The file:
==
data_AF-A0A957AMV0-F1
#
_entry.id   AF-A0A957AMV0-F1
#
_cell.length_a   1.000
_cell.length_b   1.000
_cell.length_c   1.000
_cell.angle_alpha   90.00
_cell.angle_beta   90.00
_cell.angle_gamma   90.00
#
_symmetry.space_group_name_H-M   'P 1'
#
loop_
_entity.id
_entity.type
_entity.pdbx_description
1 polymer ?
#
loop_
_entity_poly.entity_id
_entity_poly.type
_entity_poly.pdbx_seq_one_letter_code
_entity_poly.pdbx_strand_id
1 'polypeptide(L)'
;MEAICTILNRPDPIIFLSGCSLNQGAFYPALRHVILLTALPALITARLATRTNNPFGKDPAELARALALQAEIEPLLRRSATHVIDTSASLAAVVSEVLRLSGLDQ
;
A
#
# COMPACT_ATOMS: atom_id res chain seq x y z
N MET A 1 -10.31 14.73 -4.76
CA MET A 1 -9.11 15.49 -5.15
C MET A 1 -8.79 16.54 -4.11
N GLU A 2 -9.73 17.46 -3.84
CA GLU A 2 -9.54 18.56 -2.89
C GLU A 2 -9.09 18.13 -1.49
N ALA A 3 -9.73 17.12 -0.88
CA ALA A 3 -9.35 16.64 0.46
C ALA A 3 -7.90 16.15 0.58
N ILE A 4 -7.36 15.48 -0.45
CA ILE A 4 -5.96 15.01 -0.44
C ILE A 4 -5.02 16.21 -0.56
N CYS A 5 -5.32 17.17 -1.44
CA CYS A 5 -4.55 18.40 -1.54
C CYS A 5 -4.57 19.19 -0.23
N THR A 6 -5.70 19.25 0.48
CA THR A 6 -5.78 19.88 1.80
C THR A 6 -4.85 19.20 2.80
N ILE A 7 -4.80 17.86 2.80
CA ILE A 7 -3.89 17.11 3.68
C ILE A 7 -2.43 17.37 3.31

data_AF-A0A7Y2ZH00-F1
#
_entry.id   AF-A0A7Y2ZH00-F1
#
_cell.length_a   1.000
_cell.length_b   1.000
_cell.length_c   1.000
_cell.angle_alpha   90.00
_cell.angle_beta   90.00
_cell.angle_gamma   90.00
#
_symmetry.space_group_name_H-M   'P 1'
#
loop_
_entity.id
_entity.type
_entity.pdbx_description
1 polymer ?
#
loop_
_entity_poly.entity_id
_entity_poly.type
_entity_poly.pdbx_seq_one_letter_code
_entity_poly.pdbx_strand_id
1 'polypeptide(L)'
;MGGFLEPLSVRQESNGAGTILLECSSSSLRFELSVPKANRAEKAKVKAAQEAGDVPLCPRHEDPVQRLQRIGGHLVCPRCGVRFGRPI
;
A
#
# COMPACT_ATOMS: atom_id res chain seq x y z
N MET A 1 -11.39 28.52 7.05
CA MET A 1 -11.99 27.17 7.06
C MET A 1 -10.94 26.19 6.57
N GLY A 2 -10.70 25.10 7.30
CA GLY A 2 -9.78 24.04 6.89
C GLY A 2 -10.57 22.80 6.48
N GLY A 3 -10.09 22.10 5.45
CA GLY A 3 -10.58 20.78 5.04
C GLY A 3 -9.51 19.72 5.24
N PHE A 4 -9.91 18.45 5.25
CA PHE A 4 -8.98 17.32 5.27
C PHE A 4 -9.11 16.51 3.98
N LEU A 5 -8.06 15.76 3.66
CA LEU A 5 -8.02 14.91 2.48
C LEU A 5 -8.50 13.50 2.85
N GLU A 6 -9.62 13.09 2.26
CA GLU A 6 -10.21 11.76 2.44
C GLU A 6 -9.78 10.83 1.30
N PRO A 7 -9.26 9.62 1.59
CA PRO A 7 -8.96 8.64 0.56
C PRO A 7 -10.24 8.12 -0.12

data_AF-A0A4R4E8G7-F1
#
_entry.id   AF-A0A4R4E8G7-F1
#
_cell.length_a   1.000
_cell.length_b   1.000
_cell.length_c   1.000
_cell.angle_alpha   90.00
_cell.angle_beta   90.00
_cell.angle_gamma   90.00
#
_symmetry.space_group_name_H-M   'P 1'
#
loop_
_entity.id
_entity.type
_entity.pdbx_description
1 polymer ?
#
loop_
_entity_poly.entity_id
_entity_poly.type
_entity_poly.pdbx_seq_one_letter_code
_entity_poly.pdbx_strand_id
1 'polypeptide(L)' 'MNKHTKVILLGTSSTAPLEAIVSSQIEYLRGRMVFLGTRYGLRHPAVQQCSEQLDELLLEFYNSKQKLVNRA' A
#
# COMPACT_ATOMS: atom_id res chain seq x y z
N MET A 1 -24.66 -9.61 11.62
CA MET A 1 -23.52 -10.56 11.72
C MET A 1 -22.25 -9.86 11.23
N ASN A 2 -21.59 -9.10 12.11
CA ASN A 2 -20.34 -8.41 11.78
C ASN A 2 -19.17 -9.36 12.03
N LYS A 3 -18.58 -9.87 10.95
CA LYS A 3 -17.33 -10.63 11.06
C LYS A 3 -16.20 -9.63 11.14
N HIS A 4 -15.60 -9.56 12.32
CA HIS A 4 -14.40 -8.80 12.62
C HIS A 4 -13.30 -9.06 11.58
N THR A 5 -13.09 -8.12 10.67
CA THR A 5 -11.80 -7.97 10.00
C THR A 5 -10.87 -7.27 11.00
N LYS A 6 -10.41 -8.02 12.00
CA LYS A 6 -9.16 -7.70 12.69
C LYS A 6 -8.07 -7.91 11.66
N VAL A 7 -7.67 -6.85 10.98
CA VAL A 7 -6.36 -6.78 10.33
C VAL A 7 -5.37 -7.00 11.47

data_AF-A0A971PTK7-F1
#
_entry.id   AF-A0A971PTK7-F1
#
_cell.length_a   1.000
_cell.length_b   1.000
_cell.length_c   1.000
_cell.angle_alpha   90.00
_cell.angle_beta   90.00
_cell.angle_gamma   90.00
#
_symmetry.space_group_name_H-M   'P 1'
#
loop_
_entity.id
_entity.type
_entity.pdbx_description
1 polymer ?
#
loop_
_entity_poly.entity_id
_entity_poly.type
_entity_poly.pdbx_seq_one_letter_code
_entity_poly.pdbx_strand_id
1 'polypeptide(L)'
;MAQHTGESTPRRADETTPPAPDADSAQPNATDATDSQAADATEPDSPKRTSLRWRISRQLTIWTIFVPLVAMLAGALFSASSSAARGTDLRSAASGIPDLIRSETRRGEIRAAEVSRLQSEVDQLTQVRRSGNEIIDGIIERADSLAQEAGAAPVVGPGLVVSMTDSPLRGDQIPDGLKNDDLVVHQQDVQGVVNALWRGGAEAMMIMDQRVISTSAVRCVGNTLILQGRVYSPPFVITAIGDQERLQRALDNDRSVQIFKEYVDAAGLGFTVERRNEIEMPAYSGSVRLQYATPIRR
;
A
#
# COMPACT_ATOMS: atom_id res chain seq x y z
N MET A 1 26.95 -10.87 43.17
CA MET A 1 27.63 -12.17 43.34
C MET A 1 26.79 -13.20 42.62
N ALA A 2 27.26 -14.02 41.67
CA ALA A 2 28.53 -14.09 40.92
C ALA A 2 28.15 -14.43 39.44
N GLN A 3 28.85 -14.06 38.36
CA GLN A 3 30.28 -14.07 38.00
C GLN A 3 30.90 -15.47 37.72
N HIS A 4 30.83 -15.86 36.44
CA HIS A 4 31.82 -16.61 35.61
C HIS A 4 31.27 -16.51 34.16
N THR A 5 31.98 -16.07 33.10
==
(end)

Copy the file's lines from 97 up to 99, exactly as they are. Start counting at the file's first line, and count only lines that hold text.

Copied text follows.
N GLU A 6 -9.62 13.09 2.26
CA GLU A 6 -10.21 11.76 2.44
C GLU A 6 -9.78 10.83 1.30